*This Story of Change was originally published in the Pacific Women Annual Progress Report 2017–2018. All values are consistent with that reporting period.
Project name: Advancing disability inclusive services for survivors of gender-based violence
Project partner: UN Women with the Pacific Disability Forum
Total funding: $200,000 (Allocated funding also covers Kiribati.)
Funding timeframe: 2016–2018
With global data showing that people with disabilities are at a greater risk of experiencing violence, it is important for initiatives aimed at ending violence against women to incorporate strategies to support women and girls with disabilities. In Samoa, a toolkit is helping organisations address this issue.
With support from Pacific Women, UN Women and the Pacific Disability Forum worked with the Samoan disabled persons’ organisation Nuanua O Le Alofa (NOLA) to develop a Toolkit on Eliminating Violence against Women and Girls with Disabilities. The toolkit uses group exercises, role play, activities and case studies to help organisations include disability in projects aimed at ending violence against women.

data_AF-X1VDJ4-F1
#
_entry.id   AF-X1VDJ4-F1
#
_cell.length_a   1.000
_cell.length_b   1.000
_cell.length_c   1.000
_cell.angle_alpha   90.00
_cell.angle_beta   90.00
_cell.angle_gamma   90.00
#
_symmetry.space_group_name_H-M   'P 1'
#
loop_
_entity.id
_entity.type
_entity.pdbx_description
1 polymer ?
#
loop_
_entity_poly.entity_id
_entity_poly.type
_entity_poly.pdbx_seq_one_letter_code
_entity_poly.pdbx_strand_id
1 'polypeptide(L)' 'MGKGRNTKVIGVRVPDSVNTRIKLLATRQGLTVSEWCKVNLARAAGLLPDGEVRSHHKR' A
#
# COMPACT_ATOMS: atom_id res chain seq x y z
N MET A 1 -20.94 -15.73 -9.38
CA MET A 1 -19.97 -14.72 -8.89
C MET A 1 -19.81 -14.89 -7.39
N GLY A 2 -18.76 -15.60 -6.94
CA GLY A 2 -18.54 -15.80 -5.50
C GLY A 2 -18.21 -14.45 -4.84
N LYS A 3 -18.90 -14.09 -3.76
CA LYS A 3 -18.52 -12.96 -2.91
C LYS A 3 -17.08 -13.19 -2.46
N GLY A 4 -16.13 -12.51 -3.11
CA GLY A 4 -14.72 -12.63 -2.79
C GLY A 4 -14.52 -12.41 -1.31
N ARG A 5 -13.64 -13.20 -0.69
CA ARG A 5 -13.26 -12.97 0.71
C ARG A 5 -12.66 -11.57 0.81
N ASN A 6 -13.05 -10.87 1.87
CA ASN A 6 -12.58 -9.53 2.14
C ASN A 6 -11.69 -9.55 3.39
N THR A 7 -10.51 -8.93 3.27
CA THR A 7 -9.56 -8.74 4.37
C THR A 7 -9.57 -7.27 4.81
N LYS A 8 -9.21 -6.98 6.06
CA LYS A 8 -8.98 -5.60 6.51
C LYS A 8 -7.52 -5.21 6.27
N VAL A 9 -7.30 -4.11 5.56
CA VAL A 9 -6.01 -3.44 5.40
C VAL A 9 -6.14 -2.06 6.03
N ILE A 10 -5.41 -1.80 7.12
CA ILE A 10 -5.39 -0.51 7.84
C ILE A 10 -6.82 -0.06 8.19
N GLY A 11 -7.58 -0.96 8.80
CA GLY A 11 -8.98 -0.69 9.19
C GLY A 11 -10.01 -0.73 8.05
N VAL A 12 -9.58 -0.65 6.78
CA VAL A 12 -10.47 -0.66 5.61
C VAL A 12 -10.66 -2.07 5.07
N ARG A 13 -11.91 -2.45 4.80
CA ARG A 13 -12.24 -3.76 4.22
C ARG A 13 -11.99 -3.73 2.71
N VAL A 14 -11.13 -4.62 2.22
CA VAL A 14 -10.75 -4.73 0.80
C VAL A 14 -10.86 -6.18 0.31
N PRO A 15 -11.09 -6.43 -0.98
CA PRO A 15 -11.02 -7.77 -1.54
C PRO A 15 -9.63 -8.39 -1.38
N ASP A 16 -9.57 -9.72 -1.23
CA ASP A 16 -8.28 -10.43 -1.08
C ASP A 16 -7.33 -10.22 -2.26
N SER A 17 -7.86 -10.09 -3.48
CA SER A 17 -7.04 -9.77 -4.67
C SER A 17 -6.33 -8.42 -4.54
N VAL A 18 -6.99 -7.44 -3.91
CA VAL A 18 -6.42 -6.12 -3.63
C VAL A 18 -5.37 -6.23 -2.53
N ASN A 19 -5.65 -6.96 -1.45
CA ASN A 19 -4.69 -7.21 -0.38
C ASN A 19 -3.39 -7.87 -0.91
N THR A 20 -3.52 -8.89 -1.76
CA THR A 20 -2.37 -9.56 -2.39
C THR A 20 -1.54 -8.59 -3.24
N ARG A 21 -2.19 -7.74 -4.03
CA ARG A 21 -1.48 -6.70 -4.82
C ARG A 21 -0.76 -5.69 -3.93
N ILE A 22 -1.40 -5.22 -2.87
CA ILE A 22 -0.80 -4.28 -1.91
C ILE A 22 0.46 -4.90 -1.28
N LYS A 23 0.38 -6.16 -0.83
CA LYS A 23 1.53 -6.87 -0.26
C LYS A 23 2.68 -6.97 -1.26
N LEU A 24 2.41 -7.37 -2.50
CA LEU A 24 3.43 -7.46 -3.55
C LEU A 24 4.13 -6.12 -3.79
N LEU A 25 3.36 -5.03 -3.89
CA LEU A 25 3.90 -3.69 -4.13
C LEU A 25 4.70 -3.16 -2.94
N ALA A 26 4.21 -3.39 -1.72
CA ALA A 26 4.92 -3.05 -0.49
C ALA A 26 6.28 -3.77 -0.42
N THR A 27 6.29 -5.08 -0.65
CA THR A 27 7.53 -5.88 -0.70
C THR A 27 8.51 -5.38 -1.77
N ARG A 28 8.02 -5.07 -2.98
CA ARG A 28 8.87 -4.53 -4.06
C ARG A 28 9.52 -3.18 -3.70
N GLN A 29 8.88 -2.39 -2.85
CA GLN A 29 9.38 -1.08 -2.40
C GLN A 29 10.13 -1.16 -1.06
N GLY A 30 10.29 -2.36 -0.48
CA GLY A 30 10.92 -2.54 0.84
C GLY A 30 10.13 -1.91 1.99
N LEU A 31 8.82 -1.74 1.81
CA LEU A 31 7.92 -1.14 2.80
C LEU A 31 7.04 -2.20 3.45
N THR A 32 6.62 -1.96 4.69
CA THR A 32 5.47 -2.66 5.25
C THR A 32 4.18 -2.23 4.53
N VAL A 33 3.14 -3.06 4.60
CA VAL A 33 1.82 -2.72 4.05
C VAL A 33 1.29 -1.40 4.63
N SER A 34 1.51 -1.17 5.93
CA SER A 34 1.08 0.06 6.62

The toolkit, which is being translated into Samoan, is practical and accessible for people from a range of backgrounds. It is adapted from a model developed in 2015 in Fiji. To ensure relevance, ownership and usability by NOLA and Samoan service providers, the toolkit was informed by consultations with 17 people with disabilities from NOLA, the Samoa Victims Support Group, representatives from the police and health services, UN Women, UNFPA and UNESCO. This process of stakeholder engagement ensured the Samoan context was reflected in the toolkit, and encouraged a process of local ownership of the document.
NOLA staff shared their experiences of developing the toolkit through social media:
‘Our workshop to contextualise the toolkit on ending violence against women with disabilities in Samoa was an eye-opening experience for us as an advocacy organisation on the rights of persons with disabilities. Our advocacy work should aim at raising more awareness in the services about how to make it more accessible for persons with disabilities. What we mean by that is making not only the physical environment accessible, but also [providing] access to information in alternative formats, like sign language interpreters for deaf women, braille for women who are blind, and easy to read text and visual aid support for women with mental or intellectual disabilities. We’re hoping that this toolkit will go a long way towards strengthening partnerships with service providers to ensure that our women with disabilities who experience violence and abuse are in safe hands when they seek refuge with their expert organisations.’